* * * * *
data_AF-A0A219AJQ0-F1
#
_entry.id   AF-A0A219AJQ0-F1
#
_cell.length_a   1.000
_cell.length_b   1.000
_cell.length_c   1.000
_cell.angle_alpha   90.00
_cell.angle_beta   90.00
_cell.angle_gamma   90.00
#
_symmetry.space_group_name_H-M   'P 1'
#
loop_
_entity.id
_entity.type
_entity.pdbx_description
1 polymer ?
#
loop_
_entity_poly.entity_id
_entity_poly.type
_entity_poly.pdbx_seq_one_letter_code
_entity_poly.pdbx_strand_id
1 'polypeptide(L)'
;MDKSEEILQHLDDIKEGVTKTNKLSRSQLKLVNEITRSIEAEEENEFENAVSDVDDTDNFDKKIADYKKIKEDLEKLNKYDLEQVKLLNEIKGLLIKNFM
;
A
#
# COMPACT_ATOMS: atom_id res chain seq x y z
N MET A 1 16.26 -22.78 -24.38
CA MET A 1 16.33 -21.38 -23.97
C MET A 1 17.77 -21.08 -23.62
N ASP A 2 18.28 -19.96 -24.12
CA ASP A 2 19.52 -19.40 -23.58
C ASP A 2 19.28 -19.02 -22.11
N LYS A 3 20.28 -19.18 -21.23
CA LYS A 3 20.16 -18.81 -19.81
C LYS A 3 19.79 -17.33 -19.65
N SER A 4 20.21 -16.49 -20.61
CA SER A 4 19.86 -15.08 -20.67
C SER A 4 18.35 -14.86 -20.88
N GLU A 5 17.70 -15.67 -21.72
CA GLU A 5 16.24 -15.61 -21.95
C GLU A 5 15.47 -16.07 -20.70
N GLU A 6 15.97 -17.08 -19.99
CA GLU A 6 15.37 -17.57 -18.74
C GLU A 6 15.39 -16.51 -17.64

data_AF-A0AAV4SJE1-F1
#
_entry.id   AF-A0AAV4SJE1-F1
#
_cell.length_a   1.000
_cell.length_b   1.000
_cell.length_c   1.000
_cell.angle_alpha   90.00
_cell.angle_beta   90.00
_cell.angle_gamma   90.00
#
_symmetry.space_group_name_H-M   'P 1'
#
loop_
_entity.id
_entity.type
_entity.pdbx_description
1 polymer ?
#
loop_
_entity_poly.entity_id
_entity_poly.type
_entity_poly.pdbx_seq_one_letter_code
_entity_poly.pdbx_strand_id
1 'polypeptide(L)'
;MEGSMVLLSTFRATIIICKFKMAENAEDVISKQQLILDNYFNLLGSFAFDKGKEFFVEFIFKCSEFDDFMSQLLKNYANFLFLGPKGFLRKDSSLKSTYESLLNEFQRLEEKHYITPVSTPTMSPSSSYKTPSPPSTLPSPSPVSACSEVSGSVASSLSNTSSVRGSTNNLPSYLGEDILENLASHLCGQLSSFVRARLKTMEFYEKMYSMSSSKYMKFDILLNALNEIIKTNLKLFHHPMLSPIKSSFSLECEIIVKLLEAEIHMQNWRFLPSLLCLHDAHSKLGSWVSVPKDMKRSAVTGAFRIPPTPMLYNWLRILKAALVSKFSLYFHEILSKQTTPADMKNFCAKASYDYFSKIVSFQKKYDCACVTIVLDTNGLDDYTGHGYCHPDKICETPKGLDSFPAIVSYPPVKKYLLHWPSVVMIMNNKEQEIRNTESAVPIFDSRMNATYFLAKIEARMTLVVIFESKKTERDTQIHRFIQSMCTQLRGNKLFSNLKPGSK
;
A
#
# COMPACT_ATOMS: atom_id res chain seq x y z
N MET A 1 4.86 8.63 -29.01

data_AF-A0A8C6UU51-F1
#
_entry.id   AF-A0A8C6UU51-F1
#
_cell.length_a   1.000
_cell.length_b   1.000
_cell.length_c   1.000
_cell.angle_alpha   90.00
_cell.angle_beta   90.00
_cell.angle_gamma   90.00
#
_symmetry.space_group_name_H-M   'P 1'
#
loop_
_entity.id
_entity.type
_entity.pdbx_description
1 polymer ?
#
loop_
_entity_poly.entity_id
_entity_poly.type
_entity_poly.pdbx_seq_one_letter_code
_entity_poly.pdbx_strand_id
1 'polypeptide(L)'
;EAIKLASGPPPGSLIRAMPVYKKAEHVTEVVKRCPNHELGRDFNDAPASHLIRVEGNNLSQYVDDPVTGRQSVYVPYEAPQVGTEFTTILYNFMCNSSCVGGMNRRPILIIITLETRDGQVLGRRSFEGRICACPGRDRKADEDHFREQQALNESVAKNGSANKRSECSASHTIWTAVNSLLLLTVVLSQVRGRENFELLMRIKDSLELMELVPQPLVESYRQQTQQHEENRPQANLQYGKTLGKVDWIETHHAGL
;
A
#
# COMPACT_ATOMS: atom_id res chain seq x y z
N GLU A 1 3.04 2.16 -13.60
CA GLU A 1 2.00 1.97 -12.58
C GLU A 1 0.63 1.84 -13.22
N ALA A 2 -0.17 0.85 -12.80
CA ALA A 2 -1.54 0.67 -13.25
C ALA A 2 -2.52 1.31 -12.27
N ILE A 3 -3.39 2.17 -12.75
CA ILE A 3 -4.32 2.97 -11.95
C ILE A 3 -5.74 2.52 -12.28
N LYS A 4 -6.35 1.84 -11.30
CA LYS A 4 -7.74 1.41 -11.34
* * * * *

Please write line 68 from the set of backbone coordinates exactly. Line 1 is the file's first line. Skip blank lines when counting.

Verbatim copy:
loop_